It will offer a space to exchange ideas, experiences and good practices developed by civil society in the context of the current pandemic. They will formulate their needs towards policy-makers and share them with the high-level panel that will consist of the EU Equality Commissioner, Helena Dalli, UN Special Rapporteur on the situation of human rights defenders, Mary Lawlor, and FRA Director Michael O’Flaherty.
Source: The Foreign Policy Research Institute published on 12 January 2021 an analysis titled “The Way Forward for the United States in Somalia” by Stephen M. Schwartz, former US ambassador to Somalia.
The author recommends, among other proposals, that the Biden administration reverse the Trump administration’s decision to withdraw almost all US forces from Somalia.
Somalia: EU begins €14.7M livestock, fisheries project50
Source: Anadolu Agency, Thursday January 21, 2021
It aims to expand Somali economy, improve lives of farmers, says EU ambassador
Image Credit Twitter
MOGADISHU, Somalia— The EU on Wednesday launched a fisheries and livestock project to expand the Somali economy and improve the lives of farmers.
Speaking during the launch ceremony in the capital Mogadishu, Nicolas Berlanga Martínez, the EU ambassador to Somalia, said the 14.7 million euro ($17.7 million) project is aimed at revitalizing the Somali economy, promote livelihood opportunities, create jobs and support inclusive growth where no one is left behind.“It addresses the need for implementing a comprehensive and integrated approach to Somalia’s development, and contributes to stability by supporting four critical processes: stabilization, governance, economic growth and social protection,” he added.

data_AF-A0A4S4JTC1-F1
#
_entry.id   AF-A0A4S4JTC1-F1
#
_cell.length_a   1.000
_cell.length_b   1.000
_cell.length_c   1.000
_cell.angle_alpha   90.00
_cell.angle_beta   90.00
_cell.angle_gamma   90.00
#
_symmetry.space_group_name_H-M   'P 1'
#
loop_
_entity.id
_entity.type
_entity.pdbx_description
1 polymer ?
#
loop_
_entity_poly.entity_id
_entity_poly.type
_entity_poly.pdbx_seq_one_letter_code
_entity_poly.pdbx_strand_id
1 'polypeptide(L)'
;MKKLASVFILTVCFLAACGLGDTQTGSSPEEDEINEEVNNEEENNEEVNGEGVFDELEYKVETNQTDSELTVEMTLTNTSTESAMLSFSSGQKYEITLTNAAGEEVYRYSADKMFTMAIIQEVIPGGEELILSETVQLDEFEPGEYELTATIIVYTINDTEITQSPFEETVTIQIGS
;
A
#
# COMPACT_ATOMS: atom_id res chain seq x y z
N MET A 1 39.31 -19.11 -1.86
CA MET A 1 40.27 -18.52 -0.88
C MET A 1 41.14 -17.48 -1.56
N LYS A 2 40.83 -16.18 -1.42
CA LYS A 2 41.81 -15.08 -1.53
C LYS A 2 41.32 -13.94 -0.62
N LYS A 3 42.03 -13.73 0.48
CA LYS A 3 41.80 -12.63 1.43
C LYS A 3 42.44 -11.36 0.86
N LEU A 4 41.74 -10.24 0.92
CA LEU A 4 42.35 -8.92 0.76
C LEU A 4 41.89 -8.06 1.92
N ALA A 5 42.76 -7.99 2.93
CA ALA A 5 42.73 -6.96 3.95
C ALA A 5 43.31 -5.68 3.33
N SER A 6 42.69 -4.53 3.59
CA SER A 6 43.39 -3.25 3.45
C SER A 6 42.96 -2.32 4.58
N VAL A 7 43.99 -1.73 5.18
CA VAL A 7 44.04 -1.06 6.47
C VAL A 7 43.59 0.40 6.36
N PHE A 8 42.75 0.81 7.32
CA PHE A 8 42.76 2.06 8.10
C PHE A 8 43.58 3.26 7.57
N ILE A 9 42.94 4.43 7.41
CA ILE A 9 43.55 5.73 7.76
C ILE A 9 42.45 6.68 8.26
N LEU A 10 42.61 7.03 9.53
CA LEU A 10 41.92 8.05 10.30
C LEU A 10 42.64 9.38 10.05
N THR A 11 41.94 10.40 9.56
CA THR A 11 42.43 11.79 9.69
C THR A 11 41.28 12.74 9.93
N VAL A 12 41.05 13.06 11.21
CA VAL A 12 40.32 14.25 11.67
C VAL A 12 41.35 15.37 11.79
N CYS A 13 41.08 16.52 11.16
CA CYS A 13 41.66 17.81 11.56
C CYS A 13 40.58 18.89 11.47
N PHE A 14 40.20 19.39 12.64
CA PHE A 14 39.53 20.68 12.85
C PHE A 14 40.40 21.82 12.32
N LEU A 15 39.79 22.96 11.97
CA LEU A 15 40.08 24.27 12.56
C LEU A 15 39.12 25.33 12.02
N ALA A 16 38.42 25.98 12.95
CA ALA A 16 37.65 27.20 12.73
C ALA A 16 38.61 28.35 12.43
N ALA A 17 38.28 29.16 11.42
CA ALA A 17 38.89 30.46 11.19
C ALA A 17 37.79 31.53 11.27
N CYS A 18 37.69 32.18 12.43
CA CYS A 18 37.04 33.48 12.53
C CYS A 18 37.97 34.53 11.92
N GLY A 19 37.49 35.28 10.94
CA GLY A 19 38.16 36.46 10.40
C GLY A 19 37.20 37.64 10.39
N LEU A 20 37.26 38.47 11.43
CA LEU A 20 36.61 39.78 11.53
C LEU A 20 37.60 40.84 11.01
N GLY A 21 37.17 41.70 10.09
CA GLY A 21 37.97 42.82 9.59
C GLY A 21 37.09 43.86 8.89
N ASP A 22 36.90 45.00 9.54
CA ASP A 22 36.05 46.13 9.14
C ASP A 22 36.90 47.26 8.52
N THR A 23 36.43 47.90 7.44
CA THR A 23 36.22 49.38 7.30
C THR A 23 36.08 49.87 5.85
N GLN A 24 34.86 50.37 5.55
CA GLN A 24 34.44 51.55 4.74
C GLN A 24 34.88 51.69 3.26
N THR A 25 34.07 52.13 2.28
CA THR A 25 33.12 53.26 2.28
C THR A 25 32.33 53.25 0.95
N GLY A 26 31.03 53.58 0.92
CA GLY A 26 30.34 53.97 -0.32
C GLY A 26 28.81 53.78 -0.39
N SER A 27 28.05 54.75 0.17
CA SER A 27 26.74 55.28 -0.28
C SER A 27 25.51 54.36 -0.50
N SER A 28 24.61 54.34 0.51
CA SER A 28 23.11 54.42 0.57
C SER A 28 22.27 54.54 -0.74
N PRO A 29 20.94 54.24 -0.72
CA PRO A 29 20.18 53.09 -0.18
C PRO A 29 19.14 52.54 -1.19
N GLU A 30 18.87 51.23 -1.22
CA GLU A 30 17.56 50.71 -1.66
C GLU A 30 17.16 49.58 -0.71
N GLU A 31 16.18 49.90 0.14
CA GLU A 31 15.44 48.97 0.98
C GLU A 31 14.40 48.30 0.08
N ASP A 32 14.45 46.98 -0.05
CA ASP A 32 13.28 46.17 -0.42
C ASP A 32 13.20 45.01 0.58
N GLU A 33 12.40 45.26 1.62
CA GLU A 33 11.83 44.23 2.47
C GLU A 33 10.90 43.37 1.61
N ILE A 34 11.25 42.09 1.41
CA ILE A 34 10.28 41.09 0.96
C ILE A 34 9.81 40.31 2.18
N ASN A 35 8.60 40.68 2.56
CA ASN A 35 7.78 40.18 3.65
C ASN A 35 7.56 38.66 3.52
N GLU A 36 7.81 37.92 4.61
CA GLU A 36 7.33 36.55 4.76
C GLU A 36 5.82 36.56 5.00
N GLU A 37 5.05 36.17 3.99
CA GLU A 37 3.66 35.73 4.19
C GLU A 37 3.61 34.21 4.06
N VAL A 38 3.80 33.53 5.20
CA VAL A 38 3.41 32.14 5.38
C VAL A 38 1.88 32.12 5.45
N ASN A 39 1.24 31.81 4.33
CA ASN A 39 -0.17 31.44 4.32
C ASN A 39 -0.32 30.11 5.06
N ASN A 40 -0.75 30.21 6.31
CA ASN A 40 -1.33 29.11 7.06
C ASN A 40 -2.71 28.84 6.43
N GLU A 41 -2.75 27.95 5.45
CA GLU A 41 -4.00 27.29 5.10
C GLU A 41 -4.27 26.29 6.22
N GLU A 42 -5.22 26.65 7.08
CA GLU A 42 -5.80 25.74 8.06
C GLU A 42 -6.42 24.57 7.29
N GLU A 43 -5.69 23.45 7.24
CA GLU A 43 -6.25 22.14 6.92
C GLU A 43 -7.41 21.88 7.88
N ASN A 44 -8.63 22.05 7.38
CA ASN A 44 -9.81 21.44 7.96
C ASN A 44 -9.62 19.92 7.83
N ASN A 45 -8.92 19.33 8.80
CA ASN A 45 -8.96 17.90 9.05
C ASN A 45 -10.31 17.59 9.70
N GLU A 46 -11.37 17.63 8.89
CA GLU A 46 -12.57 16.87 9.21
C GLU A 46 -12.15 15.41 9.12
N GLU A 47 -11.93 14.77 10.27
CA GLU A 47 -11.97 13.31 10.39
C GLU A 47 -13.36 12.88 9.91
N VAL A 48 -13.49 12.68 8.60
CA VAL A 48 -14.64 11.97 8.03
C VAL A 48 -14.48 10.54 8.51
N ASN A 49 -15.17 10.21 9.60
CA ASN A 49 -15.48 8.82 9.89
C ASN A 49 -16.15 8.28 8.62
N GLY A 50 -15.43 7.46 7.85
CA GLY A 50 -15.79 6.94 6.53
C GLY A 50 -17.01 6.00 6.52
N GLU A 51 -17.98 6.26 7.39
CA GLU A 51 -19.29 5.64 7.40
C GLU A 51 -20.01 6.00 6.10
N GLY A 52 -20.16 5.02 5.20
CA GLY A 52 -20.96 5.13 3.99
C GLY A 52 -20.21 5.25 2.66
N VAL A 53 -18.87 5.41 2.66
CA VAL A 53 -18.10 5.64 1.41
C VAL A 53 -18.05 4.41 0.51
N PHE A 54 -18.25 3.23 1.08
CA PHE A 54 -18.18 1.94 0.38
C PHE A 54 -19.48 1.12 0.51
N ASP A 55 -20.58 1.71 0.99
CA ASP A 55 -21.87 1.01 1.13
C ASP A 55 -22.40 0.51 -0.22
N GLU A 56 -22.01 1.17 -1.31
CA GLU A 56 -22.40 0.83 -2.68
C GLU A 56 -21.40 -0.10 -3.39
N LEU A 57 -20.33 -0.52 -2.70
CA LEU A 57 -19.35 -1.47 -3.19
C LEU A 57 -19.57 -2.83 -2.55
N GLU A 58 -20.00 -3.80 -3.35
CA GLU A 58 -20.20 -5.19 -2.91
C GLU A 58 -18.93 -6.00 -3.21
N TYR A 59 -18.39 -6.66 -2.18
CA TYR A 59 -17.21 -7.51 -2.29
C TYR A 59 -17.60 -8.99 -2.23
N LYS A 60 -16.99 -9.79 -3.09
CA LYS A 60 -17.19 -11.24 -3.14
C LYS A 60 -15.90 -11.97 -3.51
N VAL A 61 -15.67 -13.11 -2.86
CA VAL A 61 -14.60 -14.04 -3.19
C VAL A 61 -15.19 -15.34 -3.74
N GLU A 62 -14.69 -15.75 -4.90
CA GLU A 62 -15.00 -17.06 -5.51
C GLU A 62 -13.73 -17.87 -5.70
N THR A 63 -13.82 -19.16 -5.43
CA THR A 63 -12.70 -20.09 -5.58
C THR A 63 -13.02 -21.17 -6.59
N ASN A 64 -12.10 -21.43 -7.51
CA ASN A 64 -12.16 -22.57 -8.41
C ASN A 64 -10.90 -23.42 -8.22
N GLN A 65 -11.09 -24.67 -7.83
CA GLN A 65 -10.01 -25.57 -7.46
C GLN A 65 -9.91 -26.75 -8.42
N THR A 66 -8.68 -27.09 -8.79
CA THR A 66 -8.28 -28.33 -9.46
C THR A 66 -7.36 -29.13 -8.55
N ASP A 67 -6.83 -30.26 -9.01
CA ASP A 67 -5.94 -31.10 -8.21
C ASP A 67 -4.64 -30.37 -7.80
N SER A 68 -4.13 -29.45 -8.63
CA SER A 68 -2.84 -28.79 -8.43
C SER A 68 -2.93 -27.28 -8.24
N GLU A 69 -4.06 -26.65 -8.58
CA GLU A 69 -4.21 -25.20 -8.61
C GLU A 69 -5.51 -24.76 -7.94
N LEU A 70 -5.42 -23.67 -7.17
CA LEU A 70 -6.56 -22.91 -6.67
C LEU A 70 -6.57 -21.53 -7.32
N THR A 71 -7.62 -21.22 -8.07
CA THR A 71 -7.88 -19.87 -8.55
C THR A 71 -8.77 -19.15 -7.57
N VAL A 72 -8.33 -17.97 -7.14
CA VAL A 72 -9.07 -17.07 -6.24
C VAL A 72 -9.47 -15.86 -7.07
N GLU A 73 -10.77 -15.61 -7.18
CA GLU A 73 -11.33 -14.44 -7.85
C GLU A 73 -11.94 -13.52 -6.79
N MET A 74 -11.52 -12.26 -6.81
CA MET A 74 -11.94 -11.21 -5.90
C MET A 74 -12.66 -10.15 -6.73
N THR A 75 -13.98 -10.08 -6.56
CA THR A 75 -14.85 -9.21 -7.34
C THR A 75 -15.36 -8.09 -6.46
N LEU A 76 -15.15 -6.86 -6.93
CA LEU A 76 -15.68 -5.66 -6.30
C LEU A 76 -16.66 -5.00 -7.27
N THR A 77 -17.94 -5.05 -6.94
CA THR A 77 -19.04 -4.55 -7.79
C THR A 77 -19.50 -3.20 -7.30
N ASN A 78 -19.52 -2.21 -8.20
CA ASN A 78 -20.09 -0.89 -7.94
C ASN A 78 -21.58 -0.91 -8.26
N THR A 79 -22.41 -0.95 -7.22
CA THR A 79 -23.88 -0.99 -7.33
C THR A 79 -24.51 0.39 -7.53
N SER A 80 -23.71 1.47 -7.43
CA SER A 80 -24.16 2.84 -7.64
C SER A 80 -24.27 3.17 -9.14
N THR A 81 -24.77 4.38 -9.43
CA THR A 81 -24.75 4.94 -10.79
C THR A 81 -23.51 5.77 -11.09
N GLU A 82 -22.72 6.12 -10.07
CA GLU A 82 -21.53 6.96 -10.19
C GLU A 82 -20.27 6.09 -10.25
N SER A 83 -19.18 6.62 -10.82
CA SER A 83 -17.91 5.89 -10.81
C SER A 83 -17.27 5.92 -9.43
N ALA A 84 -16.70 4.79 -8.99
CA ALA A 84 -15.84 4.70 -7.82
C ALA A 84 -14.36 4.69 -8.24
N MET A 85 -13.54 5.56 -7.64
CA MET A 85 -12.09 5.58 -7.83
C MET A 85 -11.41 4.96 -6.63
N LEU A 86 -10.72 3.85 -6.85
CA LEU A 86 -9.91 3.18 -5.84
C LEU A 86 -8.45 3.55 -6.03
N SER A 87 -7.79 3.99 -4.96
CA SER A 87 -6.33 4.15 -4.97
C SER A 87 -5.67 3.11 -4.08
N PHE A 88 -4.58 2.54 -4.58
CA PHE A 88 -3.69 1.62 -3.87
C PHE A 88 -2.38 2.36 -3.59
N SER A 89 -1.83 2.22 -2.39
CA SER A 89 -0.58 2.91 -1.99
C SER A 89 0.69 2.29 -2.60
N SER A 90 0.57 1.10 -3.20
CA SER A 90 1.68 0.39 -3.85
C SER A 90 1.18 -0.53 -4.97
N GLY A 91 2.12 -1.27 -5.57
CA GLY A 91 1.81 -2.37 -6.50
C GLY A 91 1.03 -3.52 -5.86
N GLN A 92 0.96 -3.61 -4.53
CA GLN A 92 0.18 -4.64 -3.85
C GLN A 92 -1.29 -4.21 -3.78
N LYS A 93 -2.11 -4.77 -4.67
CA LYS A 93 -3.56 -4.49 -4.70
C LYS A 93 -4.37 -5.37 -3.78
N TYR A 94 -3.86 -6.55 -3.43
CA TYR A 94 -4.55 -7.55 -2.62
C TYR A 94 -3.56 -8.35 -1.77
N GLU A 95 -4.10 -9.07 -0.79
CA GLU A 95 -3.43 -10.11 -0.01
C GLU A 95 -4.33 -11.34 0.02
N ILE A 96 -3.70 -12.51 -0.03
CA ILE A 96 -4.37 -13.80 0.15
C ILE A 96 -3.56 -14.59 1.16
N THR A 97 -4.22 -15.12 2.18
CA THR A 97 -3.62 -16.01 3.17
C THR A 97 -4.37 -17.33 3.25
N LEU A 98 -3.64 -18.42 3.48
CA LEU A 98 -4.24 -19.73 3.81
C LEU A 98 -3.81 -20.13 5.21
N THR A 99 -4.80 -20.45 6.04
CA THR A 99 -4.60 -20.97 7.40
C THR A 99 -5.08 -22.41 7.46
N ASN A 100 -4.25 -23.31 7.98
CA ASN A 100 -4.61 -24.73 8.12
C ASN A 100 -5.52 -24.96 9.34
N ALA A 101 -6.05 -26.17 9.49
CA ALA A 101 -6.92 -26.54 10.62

The Resilient Fisheries and Livestock Value Chain for Inclusive and Sustainable Growth project’s focus is on access to markets for farmers, quality production of livestock and fish, and institution-building.
“Enhancing the livestock and fisheries sectors of Somalia will not only create much-needed jobs, but will also strengthen cooperation between the federal government and federal member states,” the EU official said.
Majority of Somalis rely on livestock and fishing industries for their livelihoods. The use of outdated farming methods limits the full potential that can be harnessed through innovative technologies.
President Biden reverses Trump’s travel ban targeting Muslim-majority countries
Source: AP, Thursday January 21, 2021
A protester holds up a sign outside the the Supreme Court in Washington on June 26, 2018, as part of a demonstration against the court’s ruling upholding President Trump’s travel ban on several Muslim-majority countries.(Carolyn Kaster / Associated Press)
President Biden, in one of his first moves in office, reversed the immigration restriction put in place by the Trump administration covering five Muslim-majority nations — Iran, Libya, Somalia, Syria and Yemen — as well as North Korea and some government officials from Venezuela.The Trump administration was forced to revise its original order twice to resolve legal problems over due process, implementation and exclusive targeting of Muslim nations.
Jake Sullivan, who will be Biden’s national security advisor, said the ban “was nothing less than a stain on our nation. It was rooted in xenophobia and religious animus.”
Biden also extended to June 2022 temporary legal status for Liberians who fled civil war and the Ebola outbreak.